Tweet I have watched the following video several times and each time I watch it I feel a new emotion. I have felt sad, angry, disappointed, proud, and bewildered.
Watch with me and we'll talk about it.
It makes me sad that these students aren't reading books. It angers me that they're spending so much time on Facebook or their cell phones or writing email. I'm disappointed that these student live in a digital world, but their schools and teachers don't. I'm proud that some teachers and students are trying to change things, but bewildered as to how their going to accomplish it.
School budgets are so limited. Teachers are losing jobs as I write this. In most schools there exists only two or three computer labs for all the students. My school had a computer lab in the math department for the students taking programming classes. There was another lab in the business department for students taking accounting and computer applications courses. There were a few computers in the library and each teacher had one in his or her room. Classroom computers were for teacher use...lesson plans, grades, attendance, student reports, and emails. Only a few teachers had display hardware attached to their computers. Many times I had thirty students gathered around the one 12-inch monitor that sat on my desk. Teachers could take their classes to a computer lab, but only when a class was not scheduled for that time.
The situation for many students was just as bad at home. I would guess that maybe 60% of my students had computers at home. The other 40% could use computers at the public library, but unfortunately, they were the least likely to.
Yes, these children live in a digital world. They may only write 42 pages for a class, but send 500 emails. They may take their computers to class, but use it for Facebook. They may spend 2 hours on their cell phones. But is this the best use of their time?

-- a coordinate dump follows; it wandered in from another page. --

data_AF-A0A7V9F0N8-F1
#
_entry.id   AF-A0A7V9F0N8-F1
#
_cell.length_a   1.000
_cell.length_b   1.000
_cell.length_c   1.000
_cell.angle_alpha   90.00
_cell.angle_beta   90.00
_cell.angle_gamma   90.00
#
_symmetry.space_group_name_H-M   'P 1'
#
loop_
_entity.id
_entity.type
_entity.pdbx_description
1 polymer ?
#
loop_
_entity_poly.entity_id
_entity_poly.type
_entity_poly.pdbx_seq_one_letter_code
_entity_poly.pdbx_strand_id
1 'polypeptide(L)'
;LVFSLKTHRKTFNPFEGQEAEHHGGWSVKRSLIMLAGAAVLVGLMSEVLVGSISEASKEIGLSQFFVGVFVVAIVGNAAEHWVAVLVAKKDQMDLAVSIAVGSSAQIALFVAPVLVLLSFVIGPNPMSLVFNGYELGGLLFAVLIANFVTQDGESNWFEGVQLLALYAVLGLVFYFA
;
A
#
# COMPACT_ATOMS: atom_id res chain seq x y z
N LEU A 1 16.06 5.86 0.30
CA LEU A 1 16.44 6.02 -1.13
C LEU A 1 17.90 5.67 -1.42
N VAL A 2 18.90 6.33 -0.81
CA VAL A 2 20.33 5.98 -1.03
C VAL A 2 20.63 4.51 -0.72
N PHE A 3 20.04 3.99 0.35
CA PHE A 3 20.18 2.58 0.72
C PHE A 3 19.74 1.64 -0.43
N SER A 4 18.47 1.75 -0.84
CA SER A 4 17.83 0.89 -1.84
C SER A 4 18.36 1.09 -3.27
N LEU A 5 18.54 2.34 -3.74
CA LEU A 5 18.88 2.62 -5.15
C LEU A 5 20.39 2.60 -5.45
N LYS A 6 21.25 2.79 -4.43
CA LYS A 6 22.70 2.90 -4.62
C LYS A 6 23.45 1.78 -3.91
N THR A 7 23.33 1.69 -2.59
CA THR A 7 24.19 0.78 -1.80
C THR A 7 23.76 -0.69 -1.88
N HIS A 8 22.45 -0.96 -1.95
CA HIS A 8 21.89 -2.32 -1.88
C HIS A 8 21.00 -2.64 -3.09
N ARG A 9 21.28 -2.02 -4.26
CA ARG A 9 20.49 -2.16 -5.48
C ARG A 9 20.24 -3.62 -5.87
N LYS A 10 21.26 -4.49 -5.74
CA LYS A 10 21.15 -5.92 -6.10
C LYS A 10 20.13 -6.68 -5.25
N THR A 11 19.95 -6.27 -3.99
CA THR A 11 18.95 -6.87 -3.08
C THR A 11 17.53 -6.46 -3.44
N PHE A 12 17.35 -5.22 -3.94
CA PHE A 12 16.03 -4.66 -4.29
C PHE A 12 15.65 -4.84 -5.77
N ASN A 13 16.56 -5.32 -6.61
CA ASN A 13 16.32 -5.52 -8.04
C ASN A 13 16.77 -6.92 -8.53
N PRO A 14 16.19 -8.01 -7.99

I knew as a teacher that I was preparing these students for the future. I knew that they may very likely have a job I had never heard of or that didn't exist at the time. I knew that to prepare them for that digital world, they needed to have basic skills. Those skills included the ability to read and write, to do math, to think, to analyze, and to evaluate. Those are the skills that would prepare them for whatever might be in their futures.
However, I still think those skills can be taught with paper, pencil, books, and a chalkboard.
If a student is fortunate enough to attend a school that is technologically advanced or if they are wealthy enough to have that technology at home, they will be able to take those pencil, paper, and book skills and apply them to that digital world. The students who are not that fortunate may be behind digitally, but they will still have learned to read, write, think, analyze, and evaluate.
We are living in an age of transition. We have to accomodate both worlds...the digital and non-digital. It reminds me of teaching measurements in math classes. We were always told that once the United States switched to metric, we would be able to stop teaching the customary system of inches, feet, pounds, and cups. I taught for 32 years and had to teach both systems for the entire time. That complete switch to metrics never took place. I wonder if the same will be true for digital.